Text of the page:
As two educated African Americans, my husband and I had difficulty securing a mortgage. But many of my peers—some who earned less or or had no job —were able to secure a home with no problem. It made me start to wonder if race played a role.
Chicago, Ill. (PRWEB) July 12, 2012
The U.S. Department of Justice and Illinois Attorney General Lisa Madigan today announced a $175 million joint settlement with Wells Fargo over discriminatory lending practices (case number 09CH26434 in the Cook County Circuit Court). The settlement resolves allegations that the lender and its brokers steered African-American and Latino borrowers into risky subprime loans more often than similarly situated white borrowers and charged minority borrowers more for their loans during the nation’s housing boom.
The DOJ and Illinois AG’s office began their lawsuits after reading a 2005 story in The Chicago Reporter, “Costly Choices: Lending Disparities Continue for Blacks.” Publisher and Editor Kimbriell Kelly launched the investigation because of her own personal experiences.
Said Kelly, “I began my investigation shortly after I got married. My husband and I were searching for a new home and as two educated African Americans, we had much difficulty in securing a mortgage. But at the same time, many of my other peers—some who earned less or had no job at all—were able to secure a home with seemingly no problem. It made me start to wonder if race played a role. In the end, I found out through my investigation that for many African Americans, it did.”
Coinciding with news of the Wells Fargo settlement, Kelly today was named one of Chicago’s “100 Women to Watch 2012” by Today’s Chicago Woman.
Today’s announcement concludes Illinois Attorney General Lisa Madigan’s 2009 lawsuit that alleged illegal discrimination by Wells Fargo in its lending practices against African-American and Latino homeowners. The settlement provides for at least $15 million in restitution to Illinois borrowers whose loans were originated between 2004 and 2009.
“Wells Fargo’s discriminatory lending practices were illegal. They helped destroy a generation of wealth in African-American and Latino communities in the Chicago metro area,” said Madigan. “Today’s settlement holds Wells Fargo accountable and requires the bank to invest in and help revitalize the same communities it helped to destroy.”
In making their announcement, the Illinois AG’s office reported that at least 3,300 Illinois borrowers are so far estimated to be victims of discrimination by Wells Fargo brokers, whether they were steered into subprime mortgages or charged higher fees than white borrowers. Illinois victims will receive at least $8 million in relief in cash payments. On average, steering victims are expected to receive a payment of $15,000, and pricing victims will receive an average $2,000 payment. However, actual damages will depend on individual circumstances, and consumers may receive more or less than the averages. Wells Fargo also agreed to identify additional victims who were discriminated against by its employees and will provide similar relief for those borrowers.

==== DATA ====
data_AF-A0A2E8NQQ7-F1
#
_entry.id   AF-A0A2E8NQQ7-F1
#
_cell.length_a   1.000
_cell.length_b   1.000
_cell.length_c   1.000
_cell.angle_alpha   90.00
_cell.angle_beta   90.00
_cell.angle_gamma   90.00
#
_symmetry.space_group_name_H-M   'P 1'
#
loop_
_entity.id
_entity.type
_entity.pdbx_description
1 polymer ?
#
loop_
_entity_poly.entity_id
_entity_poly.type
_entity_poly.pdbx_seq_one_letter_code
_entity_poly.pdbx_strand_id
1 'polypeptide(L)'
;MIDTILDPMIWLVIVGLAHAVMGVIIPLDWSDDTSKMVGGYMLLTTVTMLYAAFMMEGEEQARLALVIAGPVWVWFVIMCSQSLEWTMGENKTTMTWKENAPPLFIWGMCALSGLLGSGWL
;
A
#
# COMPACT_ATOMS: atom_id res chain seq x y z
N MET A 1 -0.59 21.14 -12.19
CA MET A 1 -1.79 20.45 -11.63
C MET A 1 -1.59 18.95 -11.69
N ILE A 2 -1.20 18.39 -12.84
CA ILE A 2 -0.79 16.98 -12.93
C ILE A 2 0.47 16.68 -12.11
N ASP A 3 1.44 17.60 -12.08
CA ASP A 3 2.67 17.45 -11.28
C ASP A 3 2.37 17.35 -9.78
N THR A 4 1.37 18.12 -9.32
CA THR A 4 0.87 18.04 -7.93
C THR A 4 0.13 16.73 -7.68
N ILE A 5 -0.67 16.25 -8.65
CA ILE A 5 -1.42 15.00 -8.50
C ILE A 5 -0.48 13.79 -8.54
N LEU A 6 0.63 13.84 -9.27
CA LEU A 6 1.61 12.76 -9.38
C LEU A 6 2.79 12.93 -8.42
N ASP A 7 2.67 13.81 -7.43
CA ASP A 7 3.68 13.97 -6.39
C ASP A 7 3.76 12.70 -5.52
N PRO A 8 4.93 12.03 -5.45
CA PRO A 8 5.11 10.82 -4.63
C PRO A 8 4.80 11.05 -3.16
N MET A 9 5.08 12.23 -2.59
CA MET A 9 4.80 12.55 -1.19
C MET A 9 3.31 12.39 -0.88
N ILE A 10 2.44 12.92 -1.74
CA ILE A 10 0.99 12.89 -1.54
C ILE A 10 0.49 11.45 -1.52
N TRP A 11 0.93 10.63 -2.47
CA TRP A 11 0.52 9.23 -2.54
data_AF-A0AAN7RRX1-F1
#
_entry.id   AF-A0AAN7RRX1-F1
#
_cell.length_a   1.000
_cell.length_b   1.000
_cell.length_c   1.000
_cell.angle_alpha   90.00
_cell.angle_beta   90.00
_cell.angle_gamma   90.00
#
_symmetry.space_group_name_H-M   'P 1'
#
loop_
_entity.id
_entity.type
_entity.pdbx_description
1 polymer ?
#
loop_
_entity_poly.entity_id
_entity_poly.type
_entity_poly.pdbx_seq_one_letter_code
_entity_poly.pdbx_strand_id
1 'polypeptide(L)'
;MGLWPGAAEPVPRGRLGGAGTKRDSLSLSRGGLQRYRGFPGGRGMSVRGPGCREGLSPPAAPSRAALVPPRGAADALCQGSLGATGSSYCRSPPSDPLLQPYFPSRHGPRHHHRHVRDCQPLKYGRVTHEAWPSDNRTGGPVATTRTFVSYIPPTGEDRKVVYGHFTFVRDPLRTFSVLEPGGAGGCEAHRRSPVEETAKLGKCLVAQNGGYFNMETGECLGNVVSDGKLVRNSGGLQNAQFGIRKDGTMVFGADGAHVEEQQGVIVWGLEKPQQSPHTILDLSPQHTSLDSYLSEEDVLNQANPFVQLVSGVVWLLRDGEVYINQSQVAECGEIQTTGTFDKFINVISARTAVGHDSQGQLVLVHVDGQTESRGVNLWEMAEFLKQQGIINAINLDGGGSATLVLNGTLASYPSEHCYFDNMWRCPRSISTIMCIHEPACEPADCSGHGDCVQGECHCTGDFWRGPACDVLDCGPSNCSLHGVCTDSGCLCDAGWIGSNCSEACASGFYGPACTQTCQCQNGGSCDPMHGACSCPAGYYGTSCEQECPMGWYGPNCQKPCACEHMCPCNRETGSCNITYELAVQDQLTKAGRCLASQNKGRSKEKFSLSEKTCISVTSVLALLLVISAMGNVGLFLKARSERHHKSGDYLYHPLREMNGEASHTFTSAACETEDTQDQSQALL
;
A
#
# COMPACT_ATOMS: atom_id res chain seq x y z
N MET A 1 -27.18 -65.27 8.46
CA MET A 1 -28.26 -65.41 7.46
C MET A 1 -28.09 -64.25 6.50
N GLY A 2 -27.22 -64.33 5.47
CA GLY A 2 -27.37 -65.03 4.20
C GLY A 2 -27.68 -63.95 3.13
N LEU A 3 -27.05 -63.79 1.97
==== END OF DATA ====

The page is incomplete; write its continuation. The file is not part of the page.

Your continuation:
An additional $7 million will fund down payment assistance for Illinois borrowers in need.
In addition, the settlement provides for an independent administrator, who will contact identified borrowers and distribute compensation payments. Individuals who believe they were victims and have questions about eligibility also can email wellsfargo.settlement(at)usdoj(dot)gov for more information.
The Chicago Reporter is published by the Community Renewal Society. For the last four decades, the bi-monthly magazine and its website are “must reads” for legislators, policy makers and academics. Among its subscribers and financial supporters have been President Barack Obama and his senior advisor, David Axelrod. The Ford Foundation’s Freedom of Expression Unit has provided major support for the magazine over the last decade.
The Chicago Reporter’s investigations have had major impacts at the national, state and local levels and its staffers have won numerous awards, including the Sigma Delta Chi Award for Public Service from the Society of Professional Journalists, the Clarion Award, dozens of Lisagor Awards and a series of Kogan Awards from the Chicago Bar Association.
The news of the new Wells Fargo settlement is timely, coming a day before the magazine kicks off a year long celebration of its 40th anniversary with private reception on the Chicago Public Radio terrace at Navy Pier. Forums on criminal justice and public housing are planned as is a show in collaboration with NPR’s “Wait Wait…Don’t Tell Me!” in the spring of 2013.
For more information or to read the latest news, please visit: http://www.ChicagoReporter.com